Drug firm worker gave lap dance to doctor to get him to prescribe addictive fentanyl spray

Opioid abuse epidemic kills thousands every year

Nate Raymond
Wednesday 30 January 2019 19:03 GMT
Sunrise Lee, a former Insys Therapeutics Inc regional sales director, exits the federal courthouse in Boston, Massachusetts, US, 29 January 2019.
Sunrise Lee, a former Insys Therapeutics Inc regional sales director, exits the federal courthouse in Boston, Massachusetts, US, 29 January 2019. ((Nate Raymond/REUTERS))

An ex-stripper who became a regional sales director at Insys Therapeutics Inc gave a doctor a lap dance at a Chicago club as the drugmaker pushed the doctor to prescribe its addictive fentanyl spray, a former Insys employee testified on Tuesday.

The testimony in federal court in Boston came in the first criminal trial of painkiller manufacturer executives over conduct that authorities say contributed to a US opioid abuse epidemic that has killed tens of thousands of people a year.

Former Insys sales representative Holly Brown told jurors the incident with her boss, Sunrise Lee, took place after Insys began rewarding the doctor for prescribing its opioid product by paying him to speak at educational events about the drug.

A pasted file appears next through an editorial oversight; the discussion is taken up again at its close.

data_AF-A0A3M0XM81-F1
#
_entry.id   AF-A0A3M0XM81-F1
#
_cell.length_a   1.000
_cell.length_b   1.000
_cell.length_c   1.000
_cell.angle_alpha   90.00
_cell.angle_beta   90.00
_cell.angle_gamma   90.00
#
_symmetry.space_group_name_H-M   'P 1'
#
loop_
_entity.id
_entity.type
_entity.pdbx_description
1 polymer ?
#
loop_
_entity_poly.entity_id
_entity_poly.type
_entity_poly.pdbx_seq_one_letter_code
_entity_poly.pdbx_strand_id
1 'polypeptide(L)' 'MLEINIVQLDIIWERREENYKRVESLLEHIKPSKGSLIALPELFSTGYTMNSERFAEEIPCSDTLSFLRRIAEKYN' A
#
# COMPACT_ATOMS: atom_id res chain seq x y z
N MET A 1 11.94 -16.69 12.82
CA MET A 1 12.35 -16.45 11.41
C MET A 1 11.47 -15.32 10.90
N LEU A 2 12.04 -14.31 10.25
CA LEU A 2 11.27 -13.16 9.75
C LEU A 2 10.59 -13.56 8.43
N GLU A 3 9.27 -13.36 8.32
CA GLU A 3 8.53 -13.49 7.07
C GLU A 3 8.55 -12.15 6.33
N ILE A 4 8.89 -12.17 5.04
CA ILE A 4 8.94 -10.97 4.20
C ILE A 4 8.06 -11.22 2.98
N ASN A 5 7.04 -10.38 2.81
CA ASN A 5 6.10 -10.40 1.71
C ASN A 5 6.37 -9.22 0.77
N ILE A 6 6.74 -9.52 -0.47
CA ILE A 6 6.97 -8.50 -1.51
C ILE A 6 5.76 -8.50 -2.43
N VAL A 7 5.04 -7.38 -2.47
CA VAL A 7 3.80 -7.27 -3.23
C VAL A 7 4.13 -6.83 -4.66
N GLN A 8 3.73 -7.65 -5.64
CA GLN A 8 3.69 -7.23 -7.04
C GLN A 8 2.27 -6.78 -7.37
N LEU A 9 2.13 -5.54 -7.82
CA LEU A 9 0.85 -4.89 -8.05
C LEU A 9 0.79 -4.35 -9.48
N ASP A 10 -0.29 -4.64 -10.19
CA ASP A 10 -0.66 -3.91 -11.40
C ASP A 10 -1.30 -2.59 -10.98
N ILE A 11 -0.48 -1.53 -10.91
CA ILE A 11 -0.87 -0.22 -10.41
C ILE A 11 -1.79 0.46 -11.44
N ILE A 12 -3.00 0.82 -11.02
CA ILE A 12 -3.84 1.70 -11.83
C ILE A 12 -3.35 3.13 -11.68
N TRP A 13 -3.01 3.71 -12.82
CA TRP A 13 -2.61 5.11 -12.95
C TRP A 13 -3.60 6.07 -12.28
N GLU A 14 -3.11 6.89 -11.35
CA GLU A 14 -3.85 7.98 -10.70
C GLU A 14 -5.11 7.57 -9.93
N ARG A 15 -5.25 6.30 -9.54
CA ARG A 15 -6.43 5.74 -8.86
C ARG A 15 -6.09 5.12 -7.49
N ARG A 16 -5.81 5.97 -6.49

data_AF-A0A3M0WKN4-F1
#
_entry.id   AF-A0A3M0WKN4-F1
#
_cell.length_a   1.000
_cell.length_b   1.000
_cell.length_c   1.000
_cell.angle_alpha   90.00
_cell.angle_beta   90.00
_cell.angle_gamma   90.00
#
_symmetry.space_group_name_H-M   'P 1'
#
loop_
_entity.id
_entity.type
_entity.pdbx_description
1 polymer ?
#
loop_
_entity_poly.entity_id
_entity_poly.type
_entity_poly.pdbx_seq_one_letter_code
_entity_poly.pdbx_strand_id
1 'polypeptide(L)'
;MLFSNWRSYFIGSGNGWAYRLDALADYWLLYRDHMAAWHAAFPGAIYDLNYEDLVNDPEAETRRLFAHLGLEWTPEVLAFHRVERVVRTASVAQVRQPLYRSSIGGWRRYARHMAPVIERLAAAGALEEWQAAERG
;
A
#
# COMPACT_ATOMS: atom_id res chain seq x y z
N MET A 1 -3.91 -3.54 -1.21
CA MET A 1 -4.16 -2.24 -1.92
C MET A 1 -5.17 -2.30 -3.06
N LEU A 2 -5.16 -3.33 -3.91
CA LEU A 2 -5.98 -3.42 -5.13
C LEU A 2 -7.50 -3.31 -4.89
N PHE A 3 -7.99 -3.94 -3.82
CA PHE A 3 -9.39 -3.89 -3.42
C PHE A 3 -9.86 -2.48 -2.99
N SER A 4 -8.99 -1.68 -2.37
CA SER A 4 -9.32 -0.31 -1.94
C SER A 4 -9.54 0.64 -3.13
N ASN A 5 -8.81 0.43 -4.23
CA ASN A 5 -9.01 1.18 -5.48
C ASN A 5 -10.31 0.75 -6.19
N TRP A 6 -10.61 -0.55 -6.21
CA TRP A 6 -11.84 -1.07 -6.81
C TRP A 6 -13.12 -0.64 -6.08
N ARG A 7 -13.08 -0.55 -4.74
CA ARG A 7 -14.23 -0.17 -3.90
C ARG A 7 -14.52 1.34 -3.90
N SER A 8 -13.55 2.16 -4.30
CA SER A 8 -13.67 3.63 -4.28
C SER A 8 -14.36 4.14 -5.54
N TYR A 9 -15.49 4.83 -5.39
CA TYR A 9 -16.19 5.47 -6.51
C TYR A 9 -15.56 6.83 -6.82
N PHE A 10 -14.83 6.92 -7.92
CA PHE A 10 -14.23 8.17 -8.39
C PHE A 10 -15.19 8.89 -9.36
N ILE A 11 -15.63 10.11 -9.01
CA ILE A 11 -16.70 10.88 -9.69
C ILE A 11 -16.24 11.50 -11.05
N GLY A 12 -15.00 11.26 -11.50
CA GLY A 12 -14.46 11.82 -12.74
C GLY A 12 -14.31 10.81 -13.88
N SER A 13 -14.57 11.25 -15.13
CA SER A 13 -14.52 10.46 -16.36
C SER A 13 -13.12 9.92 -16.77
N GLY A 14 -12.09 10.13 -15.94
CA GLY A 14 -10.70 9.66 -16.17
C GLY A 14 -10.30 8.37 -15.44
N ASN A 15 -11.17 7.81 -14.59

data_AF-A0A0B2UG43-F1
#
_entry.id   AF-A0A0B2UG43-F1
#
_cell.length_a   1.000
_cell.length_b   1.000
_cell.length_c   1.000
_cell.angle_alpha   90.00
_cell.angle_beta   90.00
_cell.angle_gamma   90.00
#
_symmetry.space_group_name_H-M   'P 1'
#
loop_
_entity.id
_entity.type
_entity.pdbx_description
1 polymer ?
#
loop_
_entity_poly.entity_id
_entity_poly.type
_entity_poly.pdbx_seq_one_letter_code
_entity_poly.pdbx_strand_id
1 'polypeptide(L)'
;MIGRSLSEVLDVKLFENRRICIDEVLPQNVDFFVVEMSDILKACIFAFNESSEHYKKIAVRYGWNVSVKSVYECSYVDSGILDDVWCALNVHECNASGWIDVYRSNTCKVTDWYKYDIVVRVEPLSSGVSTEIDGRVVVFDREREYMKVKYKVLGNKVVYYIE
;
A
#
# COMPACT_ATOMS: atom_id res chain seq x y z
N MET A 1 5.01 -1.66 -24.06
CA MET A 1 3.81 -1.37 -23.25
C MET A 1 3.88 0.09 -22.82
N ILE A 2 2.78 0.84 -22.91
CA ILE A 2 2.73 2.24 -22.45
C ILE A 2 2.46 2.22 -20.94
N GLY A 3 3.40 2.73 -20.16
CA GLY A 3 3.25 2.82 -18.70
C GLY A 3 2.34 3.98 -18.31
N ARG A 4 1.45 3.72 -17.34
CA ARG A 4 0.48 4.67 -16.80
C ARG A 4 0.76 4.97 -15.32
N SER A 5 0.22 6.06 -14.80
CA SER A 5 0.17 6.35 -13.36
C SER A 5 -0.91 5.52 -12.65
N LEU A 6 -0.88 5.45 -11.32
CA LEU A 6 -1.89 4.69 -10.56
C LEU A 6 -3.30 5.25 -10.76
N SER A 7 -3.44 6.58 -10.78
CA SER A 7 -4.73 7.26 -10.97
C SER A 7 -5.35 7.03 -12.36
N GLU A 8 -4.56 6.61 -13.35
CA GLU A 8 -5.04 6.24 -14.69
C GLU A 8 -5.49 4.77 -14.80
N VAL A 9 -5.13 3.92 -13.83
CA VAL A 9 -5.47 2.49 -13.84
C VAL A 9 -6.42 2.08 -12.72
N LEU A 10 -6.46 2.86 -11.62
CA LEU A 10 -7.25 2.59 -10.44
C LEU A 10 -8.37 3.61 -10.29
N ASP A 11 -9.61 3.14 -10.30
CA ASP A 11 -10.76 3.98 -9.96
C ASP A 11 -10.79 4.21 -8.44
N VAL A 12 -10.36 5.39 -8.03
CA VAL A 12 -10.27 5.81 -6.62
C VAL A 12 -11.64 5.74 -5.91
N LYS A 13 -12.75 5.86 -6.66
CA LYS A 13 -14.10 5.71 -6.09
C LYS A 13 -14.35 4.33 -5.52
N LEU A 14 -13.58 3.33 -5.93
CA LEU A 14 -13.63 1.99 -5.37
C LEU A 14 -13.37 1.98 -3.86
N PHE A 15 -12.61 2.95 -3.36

That Illinois doctor, Paul Madison, is one of several whom prosecutors say Lee and four other former Insys executives and managers including wealthy founder and ex-chairman John Kapoor conspired to bribe to boost sales of the spray, Subsys.

Lee, Kapoor, Michael Gurry, Richard Simon and Joseph Rowan deny wrongdoing and have pleaded not guilty to racketeering conspiracy.

The US Food and Drug Administration has only approved Subsys for treating cancer pain. Prosecutors allege doctors paid by Insys often prescribed Subsys to patients without cancer. Defense lawyers note, though, that doctors may prescribe medications for off-label purposes.

Drugmakers often retain doctors to speak at events with other clinicians about the benefits of their drugs, and defense lawyers argue the events were legal compensation for the doctors’ educational work.

Yet Brown said Madison’s events, held at a Chicago restaurant Kapoor owned, were attended by his friends instead of clinicians.

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“The idea was these weren’t really meant to be educational programmes but were meant to be rewards to physicians,” Brown said.

After one dinner in mid-2012, Brown said she, Lee and Madison went to a club, where she witnessed Lee “sitting on his lap, kind of bouncing around.”

“He had his hands sort of inappropriately all over her chest,” Brown said.

Brown testified that at the time, Madison ran a “notorious” medical practice, which in a 2012 email shown to jurors she described as a “shady pill mill.”

Prosecutors say Insys paid Madison at least $70,800 in speaker fees.

Asked on cross-examination by Lee’s attorney, Peter Horstmann, if Madison “appeared to be taking advantage of Ms. Lee,” Brown said yes.

Madison was convicted in November of unrelated charges that he defrauded insurers into paying for unperformed chiropractic procedures. His lawyer did not respond to requests for comment.


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